Thank you. I thought i was the only one who thought these analysts and opinion makers were full of it. In ten years of war we are no further along than when we started and yet all i hear is how well we are doing and that we cannot leave defeated. These people are no better than New York city peddlers selling Gucci watches, probably made in Afghanistan.

Posted by ofilha | Report as abusive

50% or more of Afghanistan’s economy is dependent on our occupation. The rest is pretty much opium. If we want to leave behind an economy with any hope of survival, clearly our only option is to legalize heroin in the US and sign a US-Afghan Free Smack Trade Agreement (USAFSTA) with them.

Posted by spameroo | Report as abusive

It seems ironic to that we are attempting to install a system which parallels our own, when our nation is falling on it’s face because of that same system.

Posted by boon2247 | Report as abusive

[…] Are we deluding ourselves about Afghanistan? Further, while the aim of America's population-centric counterinsurgency is to protect the people, every year of the surge saw a new high-water mark for Afghan people killed, the United Nations reports. Although many US pundits are quick to point out … Read more on Reuters Blogs (blog) […]

Posted by Lastest Un 2012 News | ESEMKA Bisa | Report as abusive

With “the powers that be” spouting such nonsense regarding permanent victories in Afghanistan, how do they expect us to believe ANYTHING they say? I think we are staying just to placate those who sadly have lost loved ones, or have injured soldiers to care for. They could not do all this for their Country only to have us leave early. So, instead MORE soldiers will die or be maimed and then we’ll leave the mess anyway. I believe also that the Defense corporations are behind us staying sooooooo long$$$$$$$$$$$. Check out who in Congress is getting money from Defense Contractors and how they are voting. It’s sick!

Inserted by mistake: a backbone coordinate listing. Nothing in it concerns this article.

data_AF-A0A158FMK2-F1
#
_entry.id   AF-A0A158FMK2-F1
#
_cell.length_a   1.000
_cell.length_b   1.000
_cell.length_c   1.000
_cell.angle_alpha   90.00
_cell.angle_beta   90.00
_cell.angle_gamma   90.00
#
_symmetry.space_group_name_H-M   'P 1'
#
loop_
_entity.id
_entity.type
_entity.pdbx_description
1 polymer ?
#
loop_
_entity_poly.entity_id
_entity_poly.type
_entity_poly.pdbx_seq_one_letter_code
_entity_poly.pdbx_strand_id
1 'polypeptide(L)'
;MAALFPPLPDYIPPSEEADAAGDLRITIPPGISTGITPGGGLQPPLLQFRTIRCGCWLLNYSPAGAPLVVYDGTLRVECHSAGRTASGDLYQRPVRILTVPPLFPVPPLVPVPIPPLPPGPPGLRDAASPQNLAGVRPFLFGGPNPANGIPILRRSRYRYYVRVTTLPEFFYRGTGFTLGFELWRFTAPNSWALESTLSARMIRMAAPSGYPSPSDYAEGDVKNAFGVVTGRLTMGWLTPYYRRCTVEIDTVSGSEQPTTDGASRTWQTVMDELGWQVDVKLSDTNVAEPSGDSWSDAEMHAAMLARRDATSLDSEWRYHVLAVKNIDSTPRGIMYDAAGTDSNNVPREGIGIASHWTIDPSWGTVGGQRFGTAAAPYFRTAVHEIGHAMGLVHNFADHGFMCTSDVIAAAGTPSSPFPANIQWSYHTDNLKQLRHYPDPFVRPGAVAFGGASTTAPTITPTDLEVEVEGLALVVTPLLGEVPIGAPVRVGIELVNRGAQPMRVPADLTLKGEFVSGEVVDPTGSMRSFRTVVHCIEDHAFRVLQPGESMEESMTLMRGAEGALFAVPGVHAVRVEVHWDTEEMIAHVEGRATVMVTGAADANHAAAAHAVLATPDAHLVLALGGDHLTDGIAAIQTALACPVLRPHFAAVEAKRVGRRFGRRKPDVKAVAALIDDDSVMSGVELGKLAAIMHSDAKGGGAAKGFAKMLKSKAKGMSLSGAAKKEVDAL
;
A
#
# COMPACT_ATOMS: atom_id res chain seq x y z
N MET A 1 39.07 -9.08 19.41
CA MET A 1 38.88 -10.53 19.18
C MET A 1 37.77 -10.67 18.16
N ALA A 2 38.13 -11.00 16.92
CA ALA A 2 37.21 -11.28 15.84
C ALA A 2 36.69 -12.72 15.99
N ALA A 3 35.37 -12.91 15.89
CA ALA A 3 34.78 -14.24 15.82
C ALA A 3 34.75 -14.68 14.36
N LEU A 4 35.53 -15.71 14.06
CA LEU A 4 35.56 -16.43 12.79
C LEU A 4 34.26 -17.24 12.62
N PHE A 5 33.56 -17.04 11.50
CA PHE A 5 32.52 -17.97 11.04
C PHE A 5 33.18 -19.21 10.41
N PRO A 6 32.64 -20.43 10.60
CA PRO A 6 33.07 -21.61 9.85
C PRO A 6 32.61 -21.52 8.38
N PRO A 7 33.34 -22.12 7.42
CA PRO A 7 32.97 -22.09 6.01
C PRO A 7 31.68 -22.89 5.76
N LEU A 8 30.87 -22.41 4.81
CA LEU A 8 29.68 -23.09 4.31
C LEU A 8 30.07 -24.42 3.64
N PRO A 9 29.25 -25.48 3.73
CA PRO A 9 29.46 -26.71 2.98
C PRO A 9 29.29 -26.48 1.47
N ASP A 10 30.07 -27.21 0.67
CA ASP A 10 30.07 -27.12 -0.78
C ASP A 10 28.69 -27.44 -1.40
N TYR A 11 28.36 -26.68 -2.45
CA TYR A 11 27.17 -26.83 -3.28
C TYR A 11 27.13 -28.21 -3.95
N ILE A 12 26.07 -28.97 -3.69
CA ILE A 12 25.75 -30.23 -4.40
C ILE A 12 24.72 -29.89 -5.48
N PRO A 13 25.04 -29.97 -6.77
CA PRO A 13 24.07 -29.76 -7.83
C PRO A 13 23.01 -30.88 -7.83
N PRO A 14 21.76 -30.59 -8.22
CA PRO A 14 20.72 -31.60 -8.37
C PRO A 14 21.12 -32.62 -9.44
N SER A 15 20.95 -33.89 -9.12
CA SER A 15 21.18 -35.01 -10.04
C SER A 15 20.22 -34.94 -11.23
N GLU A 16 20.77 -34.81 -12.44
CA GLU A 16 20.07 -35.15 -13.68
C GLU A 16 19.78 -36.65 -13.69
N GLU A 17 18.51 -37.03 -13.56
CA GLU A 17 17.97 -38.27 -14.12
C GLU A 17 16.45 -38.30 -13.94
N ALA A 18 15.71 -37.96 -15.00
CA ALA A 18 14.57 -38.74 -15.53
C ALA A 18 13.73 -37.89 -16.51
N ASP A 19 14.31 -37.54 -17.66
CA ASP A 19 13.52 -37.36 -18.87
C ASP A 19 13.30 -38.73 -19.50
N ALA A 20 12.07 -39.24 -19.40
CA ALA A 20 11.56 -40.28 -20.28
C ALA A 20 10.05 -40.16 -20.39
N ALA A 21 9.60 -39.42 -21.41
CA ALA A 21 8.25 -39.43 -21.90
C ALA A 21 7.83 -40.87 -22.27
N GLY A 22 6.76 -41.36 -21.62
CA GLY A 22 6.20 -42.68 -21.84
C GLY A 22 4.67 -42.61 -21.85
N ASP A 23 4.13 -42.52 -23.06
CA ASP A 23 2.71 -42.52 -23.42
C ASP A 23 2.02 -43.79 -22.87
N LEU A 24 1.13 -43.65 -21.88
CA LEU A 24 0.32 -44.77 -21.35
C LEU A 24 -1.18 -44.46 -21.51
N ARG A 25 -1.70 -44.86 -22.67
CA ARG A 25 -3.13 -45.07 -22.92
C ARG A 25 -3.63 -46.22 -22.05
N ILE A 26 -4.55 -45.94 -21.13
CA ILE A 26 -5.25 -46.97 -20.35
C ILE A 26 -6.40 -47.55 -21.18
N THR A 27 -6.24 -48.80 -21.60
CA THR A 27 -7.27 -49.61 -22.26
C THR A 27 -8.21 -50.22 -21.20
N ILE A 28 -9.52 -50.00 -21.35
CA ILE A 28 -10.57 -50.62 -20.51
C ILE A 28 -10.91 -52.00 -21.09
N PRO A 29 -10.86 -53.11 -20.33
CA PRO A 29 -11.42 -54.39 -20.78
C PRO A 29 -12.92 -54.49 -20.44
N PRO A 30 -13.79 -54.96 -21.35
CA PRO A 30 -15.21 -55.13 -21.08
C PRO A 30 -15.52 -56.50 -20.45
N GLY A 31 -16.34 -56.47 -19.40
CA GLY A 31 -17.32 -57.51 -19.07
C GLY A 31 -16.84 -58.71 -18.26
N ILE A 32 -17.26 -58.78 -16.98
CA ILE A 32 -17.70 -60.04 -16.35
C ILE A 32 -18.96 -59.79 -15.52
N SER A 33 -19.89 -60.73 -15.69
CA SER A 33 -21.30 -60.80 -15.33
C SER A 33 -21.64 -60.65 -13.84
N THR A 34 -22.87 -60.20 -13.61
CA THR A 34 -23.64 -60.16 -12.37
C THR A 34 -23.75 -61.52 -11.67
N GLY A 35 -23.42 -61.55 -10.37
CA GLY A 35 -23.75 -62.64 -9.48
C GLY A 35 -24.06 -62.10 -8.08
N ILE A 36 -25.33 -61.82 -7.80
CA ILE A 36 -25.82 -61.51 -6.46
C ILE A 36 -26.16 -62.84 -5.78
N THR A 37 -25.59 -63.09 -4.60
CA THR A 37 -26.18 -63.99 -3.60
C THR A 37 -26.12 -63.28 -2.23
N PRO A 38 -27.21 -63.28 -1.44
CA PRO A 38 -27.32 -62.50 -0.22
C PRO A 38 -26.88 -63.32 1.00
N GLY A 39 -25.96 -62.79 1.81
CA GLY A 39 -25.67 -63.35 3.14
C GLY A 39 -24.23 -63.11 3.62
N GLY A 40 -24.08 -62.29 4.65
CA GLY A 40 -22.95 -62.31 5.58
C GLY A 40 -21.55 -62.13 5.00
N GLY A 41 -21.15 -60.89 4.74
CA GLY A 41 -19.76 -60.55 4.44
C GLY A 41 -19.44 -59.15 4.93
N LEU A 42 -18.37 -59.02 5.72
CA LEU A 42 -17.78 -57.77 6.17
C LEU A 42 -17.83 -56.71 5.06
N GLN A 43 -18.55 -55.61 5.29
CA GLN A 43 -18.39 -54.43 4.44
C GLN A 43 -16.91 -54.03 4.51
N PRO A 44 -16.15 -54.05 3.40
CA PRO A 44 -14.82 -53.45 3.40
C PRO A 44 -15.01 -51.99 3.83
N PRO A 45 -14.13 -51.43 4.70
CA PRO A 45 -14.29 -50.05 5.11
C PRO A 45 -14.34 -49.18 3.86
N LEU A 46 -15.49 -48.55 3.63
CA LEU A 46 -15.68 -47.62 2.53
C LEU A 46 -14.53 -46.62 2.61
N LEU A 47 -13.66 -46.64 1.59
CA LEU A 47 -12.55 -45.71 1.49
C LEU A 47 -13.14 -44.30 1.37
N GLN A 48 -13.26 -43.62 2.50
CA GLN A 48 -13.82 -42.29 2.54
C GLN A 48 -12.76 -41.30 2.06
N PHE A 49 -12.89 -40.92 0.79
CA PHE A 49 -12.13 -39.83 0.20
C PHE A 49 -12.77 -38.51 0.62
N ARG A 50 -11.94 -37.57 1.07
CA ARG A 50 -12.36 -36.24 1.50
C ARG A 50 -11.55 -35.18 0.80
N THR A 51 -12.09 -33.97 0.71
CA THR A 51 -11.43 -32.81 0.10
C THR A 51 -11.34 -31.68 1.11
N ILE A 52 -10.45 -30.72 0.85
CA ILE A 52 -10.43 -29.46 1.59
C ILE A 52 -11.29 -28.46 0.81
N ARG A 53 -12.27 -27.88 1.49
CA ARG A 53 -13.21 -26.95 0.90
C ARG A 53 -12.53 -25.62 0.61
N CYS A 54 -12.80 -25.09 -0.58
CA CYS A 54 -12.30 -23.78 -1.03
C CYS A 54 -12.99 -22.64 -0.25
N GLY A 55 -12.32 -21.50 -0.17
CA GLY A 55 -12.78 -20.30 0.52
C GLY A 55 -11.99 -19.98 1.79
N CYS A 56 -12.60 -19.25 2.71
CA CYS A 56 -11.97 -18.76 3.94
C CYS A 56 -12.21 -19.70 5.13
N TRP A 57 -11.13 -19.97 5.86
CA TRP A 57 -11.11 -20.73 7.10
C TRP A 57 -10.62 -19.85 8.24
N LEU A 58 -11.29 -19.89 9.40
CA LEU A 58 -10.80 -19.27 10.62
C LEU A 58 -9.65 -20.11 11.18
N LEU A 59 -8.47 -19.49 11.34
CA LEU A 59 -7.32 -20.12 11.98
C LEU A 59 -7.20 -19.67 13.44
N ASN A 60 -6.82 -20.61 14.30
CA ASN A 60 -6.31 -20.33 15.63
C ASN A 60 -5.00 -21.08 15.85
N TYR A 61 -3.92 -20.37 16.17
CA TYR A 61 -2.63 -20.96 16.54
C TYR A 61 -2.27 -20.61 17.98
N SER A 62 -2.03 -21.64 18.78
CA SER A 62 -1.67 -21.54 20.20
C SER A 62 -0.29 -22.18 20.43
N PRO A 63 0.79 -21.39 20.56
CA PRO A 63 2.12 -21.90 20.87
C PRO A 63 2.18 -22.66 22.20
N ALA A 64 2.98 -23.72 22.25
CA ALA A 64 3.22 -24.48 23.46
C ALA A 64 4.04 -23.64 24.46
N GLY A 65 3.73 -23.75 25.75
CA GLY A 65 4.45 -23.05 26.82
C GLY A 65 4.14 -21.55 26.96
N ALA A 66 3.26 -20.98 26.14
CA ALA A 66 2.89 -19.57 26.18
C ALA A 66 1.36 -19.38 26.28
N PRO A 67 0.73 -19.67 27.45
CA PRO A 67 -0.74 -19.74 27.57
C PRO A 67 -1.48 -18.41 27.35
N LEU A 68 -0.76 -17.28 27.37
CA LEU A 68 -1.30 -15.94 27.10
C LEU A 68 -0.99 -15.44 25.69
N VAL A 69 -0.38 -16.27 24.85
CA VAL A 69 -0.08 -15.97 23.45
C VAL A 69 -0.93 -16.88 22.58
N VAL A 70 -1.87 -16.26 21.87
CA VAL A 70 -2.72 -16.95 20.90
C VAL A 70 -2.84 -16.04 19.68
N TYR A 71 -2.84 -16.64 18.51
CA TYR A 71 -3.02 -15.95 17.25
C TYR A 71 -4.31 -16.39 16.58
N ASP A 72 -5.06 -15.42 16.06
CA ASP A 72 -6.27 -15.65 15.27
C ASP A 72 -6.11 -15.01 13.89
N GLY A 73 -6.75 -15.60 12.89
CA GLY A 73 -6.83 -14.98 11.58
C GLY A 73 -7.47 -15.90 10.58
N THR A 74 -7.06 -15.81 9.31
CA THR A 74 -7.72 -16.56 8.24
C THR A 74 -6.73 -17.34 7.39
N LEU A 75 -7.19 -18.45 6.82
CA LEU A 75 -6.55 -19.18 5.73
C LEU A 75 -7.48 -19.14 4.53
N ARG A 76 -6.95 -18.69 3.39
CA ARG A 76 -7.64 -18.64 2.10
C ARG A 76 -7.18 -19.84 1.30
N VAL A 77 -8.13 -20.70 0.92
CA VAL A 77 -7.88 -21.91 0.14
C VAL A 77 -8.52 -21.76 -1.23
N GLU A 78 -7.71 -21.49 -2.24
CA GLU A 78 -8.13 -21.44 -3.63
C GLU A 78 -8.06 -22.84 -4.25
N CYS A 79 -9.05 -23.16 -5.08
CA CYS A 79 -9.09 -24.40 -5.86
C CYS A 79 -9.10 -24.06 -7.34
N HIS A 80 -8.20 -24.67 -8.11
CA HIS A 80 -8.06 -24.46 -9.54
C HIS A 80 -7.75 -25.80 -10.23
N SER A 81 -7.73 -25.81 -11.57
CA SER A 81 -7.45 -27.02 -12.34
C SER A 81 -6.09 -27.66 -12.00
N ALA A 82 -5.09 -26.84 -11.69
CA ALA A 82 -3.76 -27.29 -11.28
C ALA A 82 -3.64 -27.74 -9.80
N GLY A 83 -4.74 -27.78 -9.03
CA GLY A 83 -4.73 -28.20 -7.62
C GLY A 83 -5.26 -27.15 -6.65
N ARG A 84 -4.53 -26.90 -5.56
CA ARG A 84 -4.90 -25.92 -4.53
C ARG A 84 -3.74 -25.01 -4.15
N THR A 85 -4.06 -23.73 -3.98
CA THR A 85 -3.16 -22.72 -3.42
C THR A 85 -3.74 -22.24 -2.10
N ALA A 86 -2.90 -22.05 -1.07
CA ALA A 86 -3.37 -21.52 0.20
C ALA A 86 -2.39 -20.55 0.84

Posted by jocare | Report as abusive

I find it appalling that we have wasted so many young people’s lives fighting an unnecessary war that increased our nation’s debt and has,seemingly, no end. Afghanistan broke the Soviet Union into little pieces many years before our folly and we were arrogant enough to think the U.S. could succeed where they failed.
I find it amazing that our politicians don’t speak about the damage this war has done to us as a nation. Vote them all out.

Posted by philiopo | Report as abusive

This so called war should of been over 9 years ago. Shades of VN. Again, we see when Contractors are being awarded multi million dollar deals on a daily basis, the war will continue without respect to original mission. We continue to waste the very best of our NCO Corp & young officers in a conflict without end and certainly without meaning. Can one single member of Congress define “Victory” in Afghanistan? Everybody from Alexander the Great on down has taken a shot at peace by victory over that region. Aint gonna happen Folks. Getting out now is the only option we have control of. Let the Drone War continue as necessary. There is simply nothing to be gained by American Boots on the Ground in that Wasteland.

Posted by Bluzpower | Report as abusive

“I believe also that the Defense corporations are behind us staying sooooooo long$$$$$$$$$$$. Check out who in Congress is getting money from Defense Contractors and how they are voting. It’s sick!”

Posted by jocare

As Pres. Eisenhower pointed out: beware the military-industrial complex. It is as powerful, and difficult to stop the corruption and profiting for the already wealthy who are involved, as the complex of the pharmaceutical industry-FDA-hospital industry-American Medical Association.